The Quantum Rose: A Nebula? Really?

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fantasy book reviews science fiction book reviewsThe Quantum Rose by Catherine Asaro science fiction book reviewsThe Quantum Rose by Catherine Asaro

I have really really tried to give Catherine Asaro’s SKOLIAN EMPIRE series a fair chance. As I keep saying in my reviews, this should have been just my thing — space opera written by a female physicist. I should be loving this! Instead, to get straight to the point, so far these books have been mostly insipid insta-love romances with some quantum theory thrown in. As a woman who enjoys hard science fiction, and especially quantum theory, I was disappointed to find that these books do not appeal to me. It’s hard to imagine that they appeal much to romance readers, either, because the romances are so dull. A couple of the books (those featuring Kelric) might better be labeled erotica rather than romance.

The Quantum Rose is the sixth SKOLIAN EMPIRE book (going in publication order), but it can definitely stand alone. This one takes place on a backwater planet where civilization is declining. Technology has been lost, infant mortality rates are high, and humanity is dying off. One of the provinces of this planet is ruled (if you can call it that) by Kamoj Quanta Argali, a gorgeous buxom young woman who is about to marry the tall, gorgeous and beautifully built Jax Ironbridge, the domineering sadistic ruler of a neighboring province. But then Havyrl Lionstar, one of the exiled Ruby Dynasty’s gorgeous princes shows up — a dark brooding man who wears a mask and drinks a lot — and instantly falls in love with Kamoj when he sees her from afar, bathing in the river. Without even meeting her, he proposes marriage.

Thus begins a love triangle that involves kidnappings, rapes, duels, and way too many instances of Kamoj cradling one of these gorgeous men’s heads on her lap as she massages his temples. (Yes, I am aware that I have used the word “gorgeous” too many times in this review. I’m trying to make a point.) Kamoj is passive and mostly gets pulled back and forth between Ironbridge and Lionstar. Her passivity comes from the genetic engineering that bred the people of her planet (another common device in this series). She’s been bred to be subservient to any man who claims her as his own. This makes her a dull heroine who seems to be at the mercy of the plot rather than the other way around. (Plus, I just hate those kinds of characters anyway.) (And, as a governor of a province, she’s afraid of thunder?? Gimme a break.)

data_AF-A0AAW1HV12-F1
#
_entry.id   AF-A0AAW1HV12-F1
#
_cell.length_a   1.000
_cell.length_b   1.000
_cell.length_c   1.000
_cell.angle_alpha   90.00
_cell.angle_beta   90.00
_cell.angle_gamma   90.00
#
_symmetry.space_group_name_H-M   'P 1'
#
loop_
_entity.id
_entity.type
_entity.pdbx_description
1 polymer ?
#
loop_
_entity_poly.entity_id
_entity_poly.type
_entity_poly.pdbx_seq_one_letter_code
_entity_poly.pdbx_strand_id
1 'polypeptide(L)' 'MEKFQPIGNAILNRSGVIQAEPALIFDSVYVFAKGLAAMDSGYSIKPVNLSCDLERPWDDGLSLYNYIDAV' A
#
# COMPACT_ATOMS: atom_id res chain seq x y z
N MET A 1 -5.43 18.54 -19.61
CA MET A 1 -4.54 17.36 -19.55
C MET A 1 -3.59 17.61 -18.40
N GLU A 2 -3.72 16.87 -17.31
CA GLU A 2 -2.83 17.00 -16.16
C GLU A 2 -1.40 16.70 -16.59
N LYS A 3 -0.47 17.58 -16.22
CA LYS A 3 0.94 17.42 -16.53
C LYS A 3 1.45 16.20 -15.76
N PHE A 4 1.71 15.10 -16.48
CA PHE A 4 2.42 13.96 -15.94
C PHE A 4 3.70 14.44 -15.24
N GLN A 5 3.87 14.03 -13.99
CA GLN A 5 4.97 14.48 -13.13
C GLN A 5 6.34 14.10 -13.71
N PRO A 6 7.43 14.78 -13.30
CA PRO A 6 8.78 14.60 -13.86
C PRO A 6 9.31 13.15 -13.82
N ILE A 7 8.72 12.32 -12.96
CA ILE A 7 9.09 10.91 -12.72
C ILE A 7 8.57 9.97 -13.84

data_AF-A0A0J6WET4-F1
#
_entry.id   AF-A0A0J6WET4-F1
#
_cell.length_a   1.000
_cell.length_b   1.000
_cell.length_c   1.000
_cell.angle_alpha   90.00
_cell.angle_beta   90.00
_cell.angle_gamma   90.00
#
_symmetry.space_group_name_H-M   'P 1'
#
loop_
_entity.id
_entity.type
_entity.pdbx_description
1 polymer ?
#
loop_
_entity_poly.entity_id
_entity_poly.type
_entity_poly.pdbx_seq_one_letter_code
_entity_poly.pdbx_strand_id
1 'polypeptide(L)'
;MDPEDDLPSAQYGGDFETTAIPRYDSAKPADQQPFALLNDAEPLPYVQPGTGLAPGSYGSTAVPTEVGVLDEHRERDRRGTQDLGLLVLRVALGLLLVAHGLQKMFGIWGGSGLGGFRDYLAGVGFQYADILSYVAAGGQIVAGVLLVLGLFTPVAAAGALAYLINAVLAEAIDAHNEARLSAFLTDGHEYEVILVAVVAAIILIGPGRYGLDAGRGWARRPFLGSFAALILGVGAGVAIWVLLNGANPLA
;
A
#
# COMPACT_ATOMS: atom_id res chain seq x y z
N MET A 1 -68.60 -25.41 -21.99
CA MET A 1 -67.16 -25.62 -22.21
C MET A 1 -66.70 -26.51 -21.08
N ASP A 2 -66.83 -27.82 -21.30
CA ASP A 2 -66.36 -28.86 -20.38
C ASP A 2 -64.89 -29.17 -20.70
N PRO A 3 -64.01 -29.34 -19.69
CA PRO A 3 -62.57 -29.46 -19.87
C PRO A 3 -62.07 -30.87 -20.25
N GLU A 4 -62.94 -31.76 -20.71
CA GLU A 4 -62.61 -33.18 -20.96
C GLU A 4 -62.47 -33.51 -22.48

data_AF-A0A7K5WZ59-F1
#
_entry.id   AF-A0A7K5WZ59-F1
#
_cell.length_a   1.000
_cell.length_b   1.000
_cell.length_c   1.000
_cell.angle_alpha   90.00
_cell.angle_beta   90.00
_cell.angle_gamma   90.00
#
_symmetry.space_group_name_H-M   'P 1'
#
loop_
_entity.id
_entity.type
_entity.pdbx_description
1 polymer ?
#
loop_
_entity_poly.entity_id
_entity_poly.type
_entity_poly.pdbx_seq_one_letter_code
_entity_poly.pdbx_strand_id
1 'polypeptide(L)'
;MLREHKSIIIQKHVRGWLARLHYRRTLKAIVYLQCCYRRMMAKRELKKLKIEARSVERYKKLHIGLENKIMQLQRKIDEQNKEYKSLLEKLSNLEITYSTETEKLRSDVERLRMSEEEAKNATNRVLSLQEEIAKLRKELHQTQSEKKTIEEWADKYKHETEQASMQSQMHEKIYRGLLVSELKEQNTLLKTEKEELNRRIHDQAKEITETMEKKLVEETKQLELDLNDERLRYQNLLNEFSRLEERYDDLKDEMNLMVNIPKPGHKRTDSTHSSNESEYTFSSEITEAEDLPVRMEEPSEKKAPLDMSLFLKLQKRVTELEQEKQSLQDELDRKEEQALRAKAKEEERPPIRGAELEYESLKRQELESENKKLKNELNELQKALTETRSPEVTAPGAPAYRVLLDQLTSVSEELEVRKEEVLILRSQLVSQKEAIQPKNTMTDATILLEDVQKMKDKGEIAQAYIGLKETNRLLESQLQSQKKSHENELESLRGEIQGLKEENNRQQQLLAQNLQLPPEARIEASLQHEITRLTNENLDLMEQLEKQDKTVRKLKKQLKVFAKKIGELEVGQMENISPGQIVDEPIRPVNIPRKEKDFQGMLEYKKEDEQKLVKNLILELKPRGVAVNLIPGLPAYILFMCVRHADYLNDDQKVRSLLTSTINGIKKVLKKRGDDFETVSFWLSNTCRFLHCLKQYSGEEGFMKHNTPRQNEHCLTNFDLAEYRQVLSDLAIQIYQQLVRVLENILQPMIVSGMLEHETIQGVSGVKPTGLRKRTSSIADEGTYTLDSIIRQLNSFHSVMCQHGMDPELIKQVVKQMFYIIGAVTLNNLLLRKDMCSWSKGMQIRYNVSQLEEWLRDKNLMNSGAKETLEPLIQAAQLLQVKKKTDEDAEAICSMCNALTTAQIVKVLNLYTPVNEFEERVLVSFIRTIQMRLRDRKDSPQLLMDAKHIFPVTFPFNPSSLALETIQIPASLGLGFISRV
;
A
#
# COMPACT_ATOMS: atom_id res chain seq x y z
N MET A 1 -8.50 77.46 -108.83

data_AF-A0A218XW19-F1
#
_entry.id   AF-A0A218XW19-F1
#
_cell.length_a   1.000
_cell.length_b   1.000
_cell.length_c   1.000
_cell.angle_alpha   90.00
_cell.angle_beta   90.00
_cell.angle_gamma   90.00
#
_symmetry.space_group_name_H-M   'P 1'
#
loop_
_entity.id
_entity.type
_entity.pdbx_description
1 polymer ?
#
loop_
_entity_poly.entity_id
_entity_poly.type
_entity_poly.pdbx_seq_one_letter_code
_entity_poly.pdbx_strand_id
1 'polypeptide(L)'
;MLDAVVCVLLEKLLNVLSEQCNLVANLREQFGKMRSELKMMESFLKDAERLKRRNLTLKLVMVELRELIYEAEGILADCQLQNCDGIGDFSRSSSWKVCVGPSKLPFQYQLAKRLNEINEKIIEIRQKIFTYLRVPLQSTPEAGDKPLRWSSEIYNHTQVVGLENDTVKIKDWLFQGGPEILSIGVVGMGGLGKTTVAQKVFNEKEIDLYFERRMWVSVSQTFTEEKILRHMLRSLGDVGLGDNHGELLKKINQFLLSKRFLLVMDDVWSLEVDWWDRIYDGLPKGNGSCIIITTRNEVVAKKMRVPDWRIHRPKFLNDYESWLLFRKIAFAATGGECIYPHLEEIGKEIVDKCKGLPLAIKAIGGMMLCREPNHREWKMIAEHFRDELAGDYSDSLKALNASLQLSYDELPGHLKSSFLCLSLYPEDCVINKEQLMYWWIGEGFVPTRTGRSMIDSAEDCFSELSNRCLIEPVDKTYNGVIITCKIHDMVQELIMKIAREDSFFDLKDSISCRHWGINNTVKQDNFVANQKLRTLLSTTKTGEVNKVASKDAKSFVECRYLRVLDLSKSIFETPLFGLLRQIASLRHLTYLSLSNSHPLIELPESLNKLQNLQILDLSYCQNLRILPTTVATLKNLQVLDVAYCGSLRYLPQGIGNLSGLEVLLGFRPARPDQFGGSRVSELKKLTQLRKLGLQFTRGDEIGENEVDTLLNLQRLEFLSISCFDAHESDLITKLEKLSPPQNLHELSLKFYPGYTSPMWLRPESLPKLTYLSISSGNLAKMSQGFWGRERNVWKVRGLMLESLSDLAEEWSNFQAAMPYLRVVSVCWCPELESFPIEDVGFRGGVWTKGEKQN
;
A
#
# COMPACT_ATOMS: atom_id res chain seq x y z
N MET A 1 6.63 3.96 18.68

This part of the story, which Asaro says is a retelling of “Beauty and the Beast,” deals with the tragedies of post-traumatic stress disorder, alcohol addiction and sexual abuse, though not in any way that’s new or interesting. Because characters give the usual sort of transparent rhetoric (“I can stop anytime I want” and “I didn’t want to hurt you, but it’s your fault because you made me mad”) these situations felt like they were dealt with in a shallow stereotypical way and didn’t manage to provoke my sympathies at all.

About three-fourths of the way through, the story changes into a revolutionary tale as people work together to try to evict an occupying force from a planet. I was slightly interested in this aspect of the story because it relates to the larger political plot involving the Ruby Dynasty, the Traders, and the Allied colonies of Earth. However, this plotline was resolved too quickly and easily with a rushed and unbelievable ending.

I listened to the audio version of The Quantum Rose which is 13.5 hours long and narrated by Anna Fields. Once again, she uses an unappealing voice for the Ruby Dynasty prince, making him sound like a malfunctioning robot. It’s hard to think of him as sexy with that voice, though even if I had read this in print, I don’t think I would have liked him much better because he’s so shallowly portrayed. My audio version, which I downloaded from Audible, seems to be missing the Author’s Note which is in the print version. Apparently it explains how The Quantum Rose is an allegory for scattering theory. With the character names, chapter titles, and all the talk of resonance, I picked up on this while reading the text, but I’m sure I don’t know enough about scattering theory to detect all of the symbolism.